Disney seemingly can’t lose at this point. They own the intellectual rights to The Muppets, Marvel Comics/Studios, Star Wars and now every Fox Studios franchise, and that’s just on the film side of things. Even with films like Spider-Man or The Last Jedi, Disney ended up making the most money (in 2017) off of a remake from their own personal library of films in Beauty and the Beast, the most successful live action remake thus far. Outside of Beauty, Disney has also made a killing with other live action remakes like The Jungle Book, Cinderella, Maleficent, Alice in Wonderland and the Tupac biopic All Eyez on Me. Okay, that last one was a joke, but no one at the few competitiors of Disney that are left… For now, as there’s a slate of amazing films coming out in the future under this banner as well. Most eyes are on the Aladdin and Lion King remakes which are both in production as of the writing of this article. They both have the potential to beat Beauty, as they were more popular in the early 90’s that Beauty (not by much) and should be able to really take advantage of the nostalgia factor that most young-ish adults with their own children will definitely feel. Either way, Disney is basically just printing their own money at this point so make sure to check out this list next year when all 15 entries are Disney films and the author is an employee of Disney.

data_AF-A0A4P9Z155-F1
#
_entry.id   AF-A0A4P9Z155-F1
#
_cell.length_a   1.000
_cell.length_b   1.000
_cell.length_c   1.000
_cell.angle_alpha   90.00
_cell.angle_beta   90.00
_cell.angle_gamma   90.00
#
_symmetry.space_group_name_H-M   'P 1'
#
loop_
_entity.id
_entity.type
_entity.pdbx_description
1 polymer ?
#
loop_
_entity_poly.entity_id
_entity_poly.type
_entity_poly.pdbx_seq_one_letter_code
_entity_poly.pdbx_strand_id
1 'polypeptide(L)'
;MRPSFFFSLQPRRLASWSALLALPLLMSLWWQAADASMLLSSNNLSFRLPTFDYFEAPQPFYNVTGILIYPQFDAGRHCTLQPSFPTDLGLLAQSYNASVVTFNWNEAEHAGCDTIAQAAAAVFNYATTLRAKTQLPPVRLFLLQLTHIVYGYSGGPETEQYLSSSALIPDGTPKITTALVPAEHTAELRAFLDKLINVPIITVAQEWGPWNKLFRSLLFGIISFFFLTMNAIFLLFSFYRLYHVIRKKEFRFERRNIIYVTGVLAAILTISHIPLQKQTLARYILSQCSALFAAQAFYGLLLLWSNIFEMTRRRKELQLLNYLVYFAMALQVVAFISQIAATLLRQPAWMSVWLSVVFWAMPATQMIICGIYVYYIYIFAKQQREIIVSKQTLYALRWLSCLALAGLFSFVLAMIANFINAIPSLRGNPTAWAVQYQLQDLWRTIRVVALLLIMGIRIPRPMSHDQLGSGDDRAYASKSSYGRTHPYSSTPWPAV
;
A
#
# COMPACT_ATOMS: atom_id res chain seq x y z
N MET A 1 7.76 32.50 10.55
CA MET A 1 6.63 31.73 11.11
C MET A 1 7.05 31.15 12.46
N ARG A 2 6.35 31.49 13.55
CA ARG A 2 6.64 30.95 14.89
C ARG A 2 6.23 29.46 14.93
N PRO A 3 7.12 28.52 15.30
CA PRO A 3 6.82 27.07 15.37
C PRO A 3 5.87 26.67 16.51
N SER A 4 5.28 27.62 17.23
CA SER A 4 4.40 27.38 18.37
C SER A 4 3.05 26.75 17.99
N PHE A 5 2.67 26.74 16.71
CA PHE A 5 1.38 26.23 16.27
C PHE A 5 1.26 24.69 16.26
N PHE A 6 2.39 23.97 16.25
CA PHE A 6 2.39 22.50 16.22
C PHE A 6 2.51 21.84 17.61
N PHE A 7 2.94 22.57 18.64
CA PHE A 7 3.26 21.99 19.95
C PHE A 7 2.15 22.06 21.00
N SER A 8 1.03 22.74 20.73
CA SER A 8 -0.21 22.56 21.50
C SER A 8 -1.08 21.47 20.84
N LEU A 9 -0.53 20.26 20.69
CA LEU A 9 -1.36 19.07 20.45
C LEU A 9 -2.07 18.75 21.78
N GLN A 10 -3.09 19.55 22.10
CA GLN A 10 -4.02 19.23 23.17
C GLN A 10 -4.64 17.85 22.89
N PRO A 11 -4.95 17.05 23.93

More in Entertainment

To Top